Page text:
The Vegetarian/Vegan Pregnancy
Appropriate food choices are important, as the right nutrition can have an impact on helping to prevent, as well as treat, disease. Diets rich in fruits, vegetables or grains are becoming more popular in developed countries like the U.S. These diets include vegetarian or vegan diets. But are these types of diets safe for you and your baby?
According to the American Dietetic Association, “Well-planned vegetarian diets are appropriate during all stages of the life cycle, including pregnancy.” However, it is important to discuss your diet with your healthcare provider, as all diets need to include a wide variety of foods to be healthful.
The research on the safety of vegetarian and vegan diets is difficult to interpret, because the expectant moms included in these studies did not eat the same foods, had different levels of exercise and differed in other lifestyle factors. However, there is no consistent evidence of the impact of a vegetarian or vegan diet on infant birth weight or most major birth defects. Studies have shown both lower and higher birth weights among infants whose mothers had vegetarian or vegan diets.
The only birth defect that may be associated with a plant-based diet is hypospadias, a deformity of the opening in the penis. The development of this condition may be related to a high consumption of soy products during pregnancy. However, other factors may also affect the risk of having a child with hypospadias, and the relative impact of expectant mother’s diet on this condition is not conclusive. There is also no consistent data that what you eat during pregnancy can cause or prevent chronic health issues in your baby, such as asthma or diabetes.
There is no consistent evidence of the impact of a plant-based diet on your health during pregnancy. Studies have shown that expectant moms who have vegetarian diets either gain less or just as much weight as those who included animal products in their diets. However, plant-based diets typically provide high quantities of fiber and are low in sugar and fat. In addition to regular exercise, these diets may help to decrease your risk of developing hypertension or pre-eclampsia.
However, as with all diets, it’s important to make sure that you are getting the appropriate vitamins and minerals. This means that you need to eat a wide variety of foods.
People who eat a plant-based diet — especially vegans — are at risk of vitamin and mineral deficiencies, especially vitamin B12, iron, calcium and vitamin D. Vitamin B12 is typically found in meat, and supplementation is typically recommended for all people who have a plant-based diet, whether they are pregnant or not. However, getting sufficient B12 is especially important when you are pregnant, as this vitamin is crucial in the production of red blood cells. In addition, it is needed for brain development. So it’s also important to make sure that you continue to take in enough B12 while you are breastfeeding, as your baby needs this vitamin for continued neurologic development.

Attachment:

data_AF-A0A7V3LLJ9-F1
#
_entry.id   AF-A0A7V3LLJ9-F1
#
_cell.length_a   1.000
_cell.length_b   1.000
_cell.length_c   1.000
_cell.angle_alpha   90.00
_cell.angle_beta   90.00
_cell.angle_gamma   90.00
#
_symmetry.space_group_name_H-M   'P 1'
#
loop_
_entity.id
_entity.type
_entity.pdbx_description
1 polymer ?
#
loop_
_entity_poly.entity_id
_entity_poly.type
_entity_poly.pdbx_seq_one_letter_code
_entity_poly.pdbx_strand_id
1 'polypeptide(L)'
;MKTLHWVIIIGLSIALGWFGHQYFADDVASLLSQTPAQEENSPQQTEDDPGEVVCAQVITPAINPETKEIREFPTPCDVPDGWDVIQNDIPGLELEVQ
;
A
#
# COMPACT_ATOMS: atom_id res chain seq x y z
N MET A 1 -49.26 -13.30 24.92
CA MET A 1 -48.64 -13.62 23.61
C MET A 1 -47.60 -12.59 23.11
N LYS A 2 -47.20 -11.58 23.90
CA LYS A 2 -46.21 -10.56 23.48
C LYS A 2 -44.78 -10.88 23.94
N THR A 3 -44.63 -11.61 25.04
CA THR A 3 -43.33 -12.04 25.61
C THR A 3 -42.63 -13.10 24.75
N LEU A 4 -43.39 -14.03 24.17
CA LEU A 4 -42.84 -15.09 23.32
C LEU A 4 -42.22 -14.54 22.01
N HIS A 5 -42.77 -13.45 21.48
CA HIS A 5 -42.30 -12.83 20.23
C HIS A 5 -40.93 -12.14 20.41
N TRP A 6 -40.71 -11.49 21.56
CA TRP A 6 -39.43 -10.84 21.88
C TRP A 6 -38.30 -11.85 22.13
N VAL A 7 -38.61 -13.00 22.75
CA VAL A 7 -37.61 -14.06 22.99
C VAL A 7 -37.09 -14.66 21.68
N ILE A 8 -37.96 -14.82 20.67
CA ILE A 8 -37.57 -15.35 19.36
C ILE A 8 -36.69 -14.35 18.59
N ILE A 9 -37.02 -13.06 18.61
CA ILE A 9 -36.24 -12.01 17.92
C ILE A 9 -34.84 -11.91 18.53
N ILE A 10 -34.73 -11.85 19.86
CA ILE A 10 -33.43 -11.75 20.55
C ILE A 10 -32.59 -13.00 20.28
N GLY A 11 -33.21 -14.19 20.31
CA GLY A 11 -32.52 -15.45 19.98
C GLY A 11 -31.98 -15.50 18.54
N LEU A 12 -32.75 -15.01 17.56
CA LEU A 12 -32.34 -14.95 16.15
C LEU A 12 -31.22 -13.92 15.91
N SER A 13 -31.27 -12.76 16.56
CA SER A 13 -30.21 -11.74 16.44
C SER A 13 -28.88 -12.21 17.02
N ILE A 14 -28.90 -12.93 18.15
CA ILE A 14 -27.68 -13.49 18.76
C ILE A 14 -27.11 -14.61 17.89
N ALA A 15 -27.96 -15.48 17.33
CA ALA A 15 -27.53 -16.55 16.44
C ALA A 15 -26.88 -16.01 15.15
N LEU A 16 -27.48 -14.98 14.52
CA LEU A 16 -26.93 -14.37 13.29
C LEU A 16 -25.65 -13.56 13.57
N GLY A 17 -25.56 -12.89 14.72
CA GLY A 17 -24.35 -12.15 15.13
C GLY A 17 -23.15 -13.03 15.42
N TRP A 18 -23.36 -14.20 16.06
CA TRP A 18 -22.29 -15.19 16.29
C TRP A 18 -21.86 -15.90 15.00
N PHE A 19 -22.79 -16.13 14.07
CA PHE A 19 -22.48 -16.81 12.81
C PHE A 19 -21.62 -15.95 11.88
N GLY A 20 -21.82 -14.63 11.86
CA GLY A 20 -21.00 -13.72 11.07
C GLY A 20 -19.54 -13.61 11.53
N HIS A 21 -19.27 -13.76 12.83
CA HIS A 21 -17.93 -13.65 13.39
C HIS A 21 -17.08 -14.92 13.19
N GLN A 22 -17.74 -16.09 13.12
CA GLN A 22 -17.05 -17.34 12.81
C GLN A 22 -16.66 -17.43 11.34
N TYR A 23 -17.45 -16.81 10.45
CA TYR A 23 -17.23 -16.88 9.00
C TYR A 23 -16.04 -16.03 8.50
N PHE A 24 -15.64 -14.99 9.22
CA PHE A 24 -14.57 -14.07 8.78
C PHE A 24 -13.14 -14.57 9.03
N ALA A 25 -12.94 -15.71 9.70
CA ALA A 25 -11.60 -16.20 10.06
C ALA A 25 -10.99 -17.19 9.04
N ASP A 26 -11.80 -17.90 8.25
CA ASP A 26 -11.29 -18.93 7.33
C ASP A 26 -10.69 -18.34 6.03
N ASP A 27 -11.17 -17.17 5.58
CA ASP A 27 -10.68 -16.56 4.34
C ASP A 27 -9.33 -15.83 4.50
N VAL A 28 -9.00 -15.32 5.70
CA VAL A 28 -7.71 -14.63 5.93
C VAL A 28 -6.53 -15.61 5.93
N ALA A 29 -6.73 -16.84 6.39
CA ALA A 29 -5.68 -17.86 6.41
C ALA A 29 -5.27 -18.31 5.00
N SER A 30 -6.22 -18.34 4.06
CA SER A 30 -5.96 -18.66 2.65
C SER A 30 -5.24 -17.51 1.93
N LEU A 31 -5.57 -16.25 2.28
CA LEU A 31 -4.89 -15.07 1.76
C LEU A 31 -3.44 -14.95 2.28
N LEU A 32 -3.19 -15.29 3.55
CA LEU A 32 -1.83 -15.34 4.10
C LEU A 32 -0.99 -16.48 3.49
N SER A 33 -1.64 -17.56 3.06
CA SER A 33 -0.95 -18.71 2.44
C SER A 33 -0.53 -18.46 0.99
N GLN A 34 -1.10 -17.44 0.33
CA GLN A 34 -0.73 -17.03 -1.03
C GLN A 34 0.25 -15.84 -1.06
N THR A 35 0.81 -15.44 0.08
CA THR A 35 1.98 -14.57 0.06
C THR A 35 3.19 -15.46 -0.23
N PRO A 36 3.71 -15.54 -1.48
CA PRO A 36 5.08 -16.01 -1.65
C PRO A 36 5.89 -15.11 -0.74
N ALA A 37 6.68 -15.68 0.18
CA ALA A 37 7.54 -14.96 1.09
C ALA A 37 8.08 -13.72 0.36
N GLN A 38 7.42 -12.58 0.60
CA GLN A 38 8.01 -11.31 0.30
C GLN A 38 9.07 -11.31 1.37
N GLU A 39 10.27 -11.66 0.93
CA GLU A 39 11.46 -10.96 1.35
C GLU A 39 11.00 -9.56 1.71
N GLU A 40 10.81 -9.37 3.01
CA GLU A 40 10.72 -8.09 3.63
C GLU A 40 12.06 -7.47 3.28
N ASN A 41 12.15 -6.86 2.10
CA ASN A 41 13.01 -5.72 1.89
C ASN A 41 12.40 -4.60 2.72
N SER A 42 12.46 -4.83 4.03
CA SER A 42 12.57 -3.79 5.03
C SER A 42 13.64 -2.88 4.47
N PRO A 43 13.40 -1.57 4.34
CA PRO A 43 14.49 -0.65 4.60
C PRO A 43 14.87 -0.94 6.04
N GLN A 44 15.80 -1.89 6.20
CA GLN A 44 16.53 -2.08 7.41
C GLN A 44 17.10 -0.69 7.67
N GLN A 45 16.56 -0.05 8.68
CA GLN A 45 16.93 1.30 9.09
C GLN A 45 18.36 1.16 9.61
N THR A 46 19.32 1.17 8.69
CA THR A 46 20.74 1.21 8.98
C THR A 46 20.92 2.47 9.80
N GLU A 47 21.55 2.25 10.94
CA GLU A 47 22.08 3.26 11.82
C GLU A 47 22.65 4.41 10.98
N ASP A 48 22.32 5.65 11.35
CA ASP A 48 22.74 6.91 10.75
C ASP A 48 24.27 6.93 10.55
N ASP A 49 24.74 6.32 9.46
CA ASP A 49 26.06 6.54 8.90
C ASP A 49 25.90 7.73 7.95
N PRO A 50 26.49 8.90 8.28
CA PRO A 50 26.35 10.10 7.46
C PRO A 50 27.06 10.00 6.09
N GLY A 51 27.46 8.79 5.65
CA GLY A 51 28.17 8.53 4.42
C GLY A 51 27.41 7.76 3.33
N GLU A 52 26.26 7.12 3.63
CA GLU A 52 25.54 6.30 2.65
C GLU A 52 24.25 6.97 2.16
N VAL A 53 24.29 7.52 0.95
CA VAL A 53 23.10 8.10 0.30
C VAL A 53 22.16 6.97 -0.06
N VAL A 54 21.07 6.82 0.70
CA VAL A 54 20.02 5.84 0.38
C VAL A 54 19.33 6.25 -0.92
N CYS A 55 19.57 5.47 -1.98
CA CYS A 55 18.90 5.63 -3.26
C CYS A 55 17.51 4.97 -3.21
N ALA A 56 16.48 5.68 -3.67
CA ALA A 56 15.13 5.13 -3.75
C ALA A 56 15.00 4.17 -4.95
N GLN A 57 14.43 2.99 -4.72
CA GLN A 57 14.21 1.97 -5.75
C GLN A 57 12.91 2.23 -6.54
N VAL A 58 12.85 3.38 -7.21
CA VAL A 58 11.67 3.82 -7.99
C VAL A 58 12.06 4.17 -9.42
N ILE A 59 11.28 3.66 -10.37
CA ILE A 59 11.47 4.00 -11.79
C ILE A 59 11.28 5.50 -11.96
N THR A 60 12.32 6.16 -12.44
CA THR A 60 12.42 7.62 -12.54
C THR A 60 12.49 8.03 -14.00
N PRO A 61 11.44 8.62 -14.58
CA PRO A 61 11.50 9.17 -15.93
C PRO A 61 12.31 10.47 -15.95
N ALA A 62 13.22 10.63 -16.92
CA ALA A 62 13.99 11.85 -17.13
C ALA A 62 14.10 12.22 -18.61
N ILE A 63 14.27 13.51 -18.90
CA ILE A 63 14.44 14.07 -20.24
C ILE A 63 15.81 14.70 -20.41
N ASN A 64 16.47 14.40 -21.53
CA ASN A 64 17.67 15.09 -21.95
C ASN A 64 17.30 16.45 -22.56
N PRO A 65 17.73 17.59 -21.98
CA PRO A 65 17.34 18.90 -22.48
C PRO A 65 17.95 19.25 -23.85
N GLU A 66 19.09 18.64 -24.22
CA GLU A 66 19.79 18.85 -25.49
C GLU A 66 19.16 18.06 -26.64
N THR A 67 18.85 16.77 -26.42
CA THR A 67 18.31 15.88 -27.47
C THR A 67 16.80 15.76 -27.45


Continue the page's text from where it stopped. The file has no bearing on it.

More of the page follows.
Vegetarians and vegans are also at risk for iron deficiency. Iron is needed to develop red blood cells. Taking in enough iron during pregnancy is associated with higher birth weights.
Calcium and vitamin D are needed to help your baby develop her skeleton, as well as to keep your bones strong. You need to make sure that you are getting enough of this mineral and vitamin during pregnancy, as well as when you are breastfeeding. Dairy products normally contain calcium but at much lower levels. Many nondairy beverages and foods are also supplemented with calcium. Check with your provider about how much calcium you need, but 1,000 mg per day is usually recommended. Become a label reader!
Vitamin D is needed to help you absorb calcium. Although referred to as the “sunshine vitamin,” it is actually difficult to take in enough vitamin D with sun exposure alone. Unlike calcium, vitamin D is found naturally in very few foods — primarily fatty fish and egg yolks — putting vegetarians and, especially vegans, at risk for vitamin D deficiency. Some foods have vitamin D added to them, in variable quantities. This is another opportunity to read labels and check with your provider. The recommended daily dose of vitamin D during pregnancy and while breastfeeding is still under debate. You may need to take additional supplements to get the amount of vitamin D that your provider recommends.
Much more research needs to be done to determine what impact your diet has on your baby. However, until we know more, make sure that you eat a wide variety of foods — whether you maintain a vegetarian or vegan diet or not. Discuss your diet with your provider before, during and after pregnancy to make sure that you are getting in the right number of calories, the right amount of protein and all of the vitamins and minerals that you and your baby need.
For more information on pregnancy nutrition, visit youandyourfamily.com.
Kimberly Templeton, MD, is President of the American Medical Women’s Association (AMWA) and Professor of Orthopaedic Surgery at the University of Kansas Medical Center in Kansas City.